Plug your vacuum hose and listen to the pitch of the motor. It speeds
up. Power is consumed by moving air. Block the filter and you move
less air, therefore using less power. It's not like a positive
displacement pump like a compressoe - where you WOULD be correct.

One problem with blocked air filters and plugged vacuums (without a
bypass motor) is overheating because less air moves across the motor
to cool it. It overheats not from overloading but undercooling.

I hope that "clare"ifies things for you.

Don't take my word for it.
look at
https://www.cagi.org/news/HowInletCo...pressors. pdf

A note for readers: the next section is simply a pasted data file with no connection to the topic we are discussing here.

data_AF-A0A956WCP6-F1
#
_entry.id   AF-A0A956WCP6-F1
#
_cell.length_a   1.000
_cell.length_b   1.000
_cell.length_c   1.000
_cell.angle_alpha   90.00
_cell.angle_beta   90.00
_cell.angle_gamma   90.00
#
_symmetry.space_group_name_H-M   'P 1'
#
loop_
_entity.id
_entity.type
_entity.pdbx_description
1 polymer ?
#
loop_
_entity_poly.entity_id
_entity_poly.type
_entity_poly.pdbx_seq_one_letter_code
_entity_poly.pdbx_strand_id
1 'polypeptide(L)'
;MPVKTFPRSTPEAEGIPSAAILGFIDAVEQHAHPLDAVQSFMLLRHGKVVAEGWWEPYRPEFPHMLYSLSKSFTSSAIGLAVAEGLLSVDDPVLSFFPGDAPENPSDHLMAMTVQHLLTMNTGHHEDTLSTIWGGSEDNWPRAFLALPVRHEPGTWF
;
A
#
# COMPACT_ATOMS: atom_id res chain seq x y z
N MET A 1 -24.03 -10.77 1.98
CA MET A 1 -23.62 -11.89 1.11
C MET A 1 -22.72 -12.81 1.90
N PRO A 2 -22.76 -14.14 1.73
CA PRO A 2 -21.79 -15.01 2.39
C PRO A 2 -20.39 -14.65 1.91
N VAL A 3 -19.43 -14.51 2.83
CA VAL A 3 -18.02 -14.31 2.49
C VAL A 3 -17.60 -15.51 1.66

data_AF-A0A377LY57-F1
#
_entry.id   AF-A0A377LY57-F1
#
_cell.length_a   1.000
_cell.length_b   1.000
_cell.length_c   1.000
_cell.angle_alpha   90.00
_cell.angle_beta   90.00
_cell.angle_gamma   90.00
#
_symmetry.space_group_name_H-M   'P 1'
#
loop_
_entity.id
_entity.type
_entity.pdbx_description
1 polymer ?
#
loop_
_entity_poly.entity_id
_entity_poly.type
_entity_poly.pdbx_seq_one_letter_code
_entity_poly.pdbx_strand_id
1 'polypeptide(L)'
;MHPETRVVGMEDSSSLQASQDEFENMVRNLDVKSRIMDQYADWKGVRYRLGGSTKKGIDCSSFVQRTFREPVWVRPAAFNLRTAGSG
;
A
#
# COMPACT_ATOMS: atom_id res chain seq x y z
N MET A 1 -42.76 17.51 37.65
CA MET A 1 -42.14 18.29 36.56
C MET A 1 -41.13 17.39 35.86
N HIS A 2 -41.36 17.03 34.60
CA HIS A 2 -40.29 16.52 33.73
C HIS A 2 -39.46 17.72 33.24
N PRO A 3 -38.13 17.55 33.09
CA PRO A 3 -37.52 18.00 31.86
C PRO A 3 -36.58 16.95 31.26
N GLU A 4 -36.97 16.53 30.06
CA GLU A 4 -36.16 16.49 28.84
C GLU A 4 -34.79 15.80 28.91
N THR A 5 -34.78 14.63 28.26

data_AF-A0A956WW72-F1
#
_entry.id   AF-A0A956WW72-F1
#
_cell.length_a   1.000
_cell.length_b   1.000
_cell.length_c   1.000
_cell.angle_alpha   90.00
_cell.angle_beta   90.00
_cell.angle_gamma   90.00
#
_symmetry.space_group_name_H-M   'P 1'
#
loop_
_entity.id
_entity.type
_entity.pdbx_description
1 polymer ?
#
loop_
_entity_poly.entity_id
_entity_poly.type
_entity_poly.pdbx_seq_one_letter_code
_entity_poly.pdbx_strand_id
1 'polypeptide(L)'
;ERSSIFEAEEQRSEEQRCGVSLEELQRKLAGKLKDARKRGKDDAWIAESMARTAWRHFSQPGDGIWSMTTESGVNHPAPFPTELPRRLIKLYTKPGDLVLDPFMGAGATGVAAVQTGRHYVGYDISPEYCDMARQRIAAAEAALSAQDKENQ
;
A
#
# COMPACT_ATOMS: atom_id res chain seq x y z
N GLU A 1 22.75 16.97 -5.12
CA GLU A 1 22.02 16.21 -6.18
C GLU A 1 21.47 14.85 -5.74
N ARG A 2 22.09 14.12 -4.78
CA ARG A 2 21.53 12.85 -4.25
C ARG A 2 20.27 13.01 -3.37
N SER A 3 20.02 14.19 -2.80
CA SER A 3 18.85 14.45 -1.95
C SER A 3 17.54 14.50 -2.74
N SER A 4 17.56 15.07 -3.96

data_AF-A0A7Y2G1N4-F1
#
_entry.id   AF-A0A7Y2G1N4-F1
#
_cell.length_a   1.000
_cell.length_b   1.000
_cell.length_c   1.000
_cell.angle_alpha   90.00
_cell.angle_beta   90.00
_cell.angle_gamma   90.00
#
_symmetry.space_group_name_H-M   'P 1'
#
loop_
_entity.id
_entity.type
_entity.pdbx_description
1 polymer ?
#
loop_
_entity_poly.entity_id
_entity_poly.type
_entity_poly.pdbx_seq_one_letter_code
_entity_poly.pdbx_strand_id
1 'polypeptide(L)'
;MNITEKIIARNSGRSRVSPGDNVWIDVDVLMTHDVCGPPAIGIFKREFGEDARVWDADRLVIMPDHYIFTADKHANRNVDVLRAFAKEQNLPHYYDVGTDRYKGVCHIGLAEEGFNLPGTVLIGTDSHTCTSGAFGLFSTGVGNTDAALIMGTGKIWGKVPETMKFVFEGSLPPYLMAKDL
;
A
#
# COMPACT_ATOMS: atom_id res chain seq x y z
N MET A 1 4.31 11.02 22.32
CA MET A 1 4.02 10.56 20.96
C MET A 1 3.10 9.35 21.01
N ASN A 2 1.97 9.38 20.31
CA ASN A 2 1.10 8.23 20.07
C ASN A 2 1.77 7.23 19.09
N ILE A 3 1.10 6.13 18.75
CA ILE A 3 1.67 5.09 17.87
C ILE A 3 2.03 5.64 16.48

look at the intake pressure section on page 3 - just after figure 2.


I thought we were discussing furnace filters. What does an
air compressor have to do with it?

The facts are that the air handler in the furnace needs to work _harder_
when the filter gets dirty. Working _harder_ requires more current.



It would seem to me there are two competing factors. Clare says that a
fan with a dirty filter moves less air, so that means less current. That
certainly would be true, all things being equal. You raise a good point
though, that it's not necessarily just about how much air is moved, but
the force required to pull what air it's moving. If I'm lifting 30
1 lb balls a minute off the floor, it takes X power. If I'm lifting only
20 1 lb balls a minute, it takes a third less power, 0.66X. But if I'm lifting
20 1 lb balls and they are being held back now with a small spring,
representing a dirty filter, then
the power used will be more than .66X. I think in the real world, for an